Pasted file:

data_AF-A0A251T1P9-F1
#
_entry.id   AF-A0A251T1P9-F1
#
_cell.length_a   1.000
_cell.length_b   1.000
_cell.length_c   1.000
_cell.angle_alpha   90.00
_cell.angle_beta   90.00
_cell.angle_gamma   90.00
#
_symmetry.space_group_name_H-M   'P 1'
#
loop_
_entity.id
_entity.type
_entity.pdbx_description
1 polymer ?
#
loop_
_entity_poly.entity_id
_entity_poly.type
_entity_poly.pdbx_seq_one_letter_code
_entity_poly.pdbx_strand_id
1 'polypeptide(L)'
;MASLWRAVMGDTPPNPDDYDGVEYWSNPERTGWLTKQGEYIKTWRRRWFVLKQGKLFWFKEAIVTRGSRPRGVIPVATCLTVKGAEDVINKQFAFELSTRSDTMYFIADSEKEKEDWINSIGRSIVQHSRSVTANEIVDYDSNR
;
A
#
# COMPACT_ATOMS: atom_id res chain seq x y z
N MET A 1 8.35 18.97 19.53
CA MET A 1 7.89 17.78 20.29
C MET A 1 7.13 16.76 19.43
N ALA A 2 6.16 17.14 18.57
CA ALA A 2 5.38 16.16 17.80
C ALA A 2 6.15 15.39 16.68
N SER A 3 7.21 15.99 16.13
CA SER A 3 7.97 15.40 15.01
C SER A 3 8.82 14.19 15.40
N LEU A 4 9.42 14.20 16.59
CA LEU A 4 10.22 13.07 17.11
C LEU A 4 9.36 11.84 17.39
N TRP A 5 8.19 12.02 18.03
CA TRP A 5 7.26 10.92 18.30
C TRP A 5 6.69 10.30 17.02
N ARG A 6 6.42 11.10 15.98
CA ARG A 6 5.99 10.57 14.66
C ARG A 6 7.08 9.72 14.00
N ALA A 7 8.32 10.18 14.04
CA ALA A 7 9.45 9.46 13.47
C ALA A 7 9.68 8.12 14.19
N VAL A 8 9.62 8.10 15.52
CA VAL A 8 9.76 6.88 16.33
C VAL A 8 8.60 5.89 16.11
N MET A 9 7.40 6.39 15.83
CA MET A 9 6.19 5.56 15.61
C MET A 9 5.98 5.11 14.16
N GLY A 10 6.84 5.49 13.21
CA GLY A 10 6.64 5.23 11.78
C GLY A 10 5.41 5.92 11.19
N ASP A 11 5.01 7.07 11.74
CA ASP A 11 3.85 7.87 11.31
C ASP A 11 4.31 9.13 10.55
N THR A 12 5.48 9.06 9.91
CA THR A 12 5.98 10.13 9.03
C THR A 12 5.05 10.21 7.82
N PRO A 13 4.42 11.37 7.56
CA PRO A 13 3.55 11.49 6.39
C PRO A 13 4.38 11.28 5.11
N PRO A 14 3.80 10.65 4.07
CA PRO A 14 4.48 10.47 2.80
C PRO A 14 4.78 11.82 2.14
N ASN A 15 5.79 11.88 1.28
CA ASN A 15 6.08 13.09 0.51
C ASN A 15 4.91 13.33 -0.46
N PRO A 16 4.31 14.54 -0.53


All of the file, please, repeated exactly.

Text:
data_AF-A0A251T1P9-F1
#
_entry.id   AF-A0A251T1P9-F1
#
_cell.length_a   1.000
_cell.length_b   1.000
_cell.length_c   1.000
_cell.angle_alpha   90.00
_cell.angle_beta   90.00
_cell.angle_gamma   90.00
#
_symmetry.space_group_name_H-M   'P 1'
#
loop_
_entity.id
_entity.type
_entity.pdbx_description
1 polymer ?
#
loop_
_entity_poly.entity_id
_entity_poly.type
_entity_poly.pdbx_seq_one_letter_code
_entity_poly.pdbx_strand_id
1 'polypeptide(L)'
;MASLWRAVMGDTPPNPDDYDGVEYWSNPERTGWLTKQGEYIKTWRRRWFVLKQGKLFWFKEAIVTRGSRPRGVIPVATCLTVKGAEDVINKQFAFELSTRSDTMYFIADSEKEKEDWINSIGRSIVQHSRSVTANEIVDYDSNR
;
A
#
# COMPACT_ATOMS: atom_id res chain seq x y z
N MET A 1 8.35 18.97 19.53
CA MET A 1 7.89 17.78 20.29
C MET A 1 7.13 16.76 19.43
N ALA A 2 6.16 17.14 18.57
CA ALA A 2 5.38 16.16 17.80
C ALA A 2 6.15 15.39 16.68
N SER A 3 7.21 15.99 16.13
CA SER A 3 7.97 15.40 15.01
C SER A 3 8.82 14.19 15.40
N LEU A 4 9.42 14.20 16.59
CA LEU A 4 10.22 13.07 17.11
C LEU A 4 9.36 11.84 17.39
N TRP A 5 8.19 12.02 18.03
CA TRP A 5 7.26 10.92 18.30
C TRP A 5 6.69 10.30 17.02
N ARG A 6 6.42 11.10 15.98
CA ARG A 6 5.99 10.57 14.66
C ARG A 6 7.08 9.72 14.00
N ALA A 7 8.32 10.18 14.04
CA ALA A 7 9.45 9.46 13.47
C ALA A 7 9.68 8.12 14.19
N VAL A 8 9.62 8.10 15.52
CA VAL A 8 9.76 6.88 16.33
C VAL A 8 8.60 5.89 16.11
N MET A 9 7.40 6.39 15.83
CA MET A 9 6.19 5.56 15.61
C MET A 9 5.98 5.11 14.16
N GLY A 10 6.84 5.49 13.21
CA GLY A 10 6.64 5.23 11.78
C GLY A 10 5.41 5.92 11.19
N ASP A 11 5.01 7.07 11.74
CA ASP A 11 3.85 7.87 11.31
C ASP A 11 4.31 9.13 10.55
N THR A 12 5.48 9.06 9.91
CA THR A 12 5.98 10.13 9.03
C THR A 12 5.05 10.21 7.82
N PRO A 13 4.42 11.37 7.56
CA PRO A 13 3.55 11.49 6.39
C PRO A 13 4.38 11.28 5.11
N PRO A 14 3.80 10.65 4.07
CA PRO A 14 4.48 10.47 2.80
C PRO A 14 4.78 11.82 2.14
N ASN A 15 5.79 11.88 1.28
CA ASN A 15 6.08 13.09 0.51
C ASN A 15 4.91 13.33 -0.46
N PRO A 16 4.31 14.54 -0.53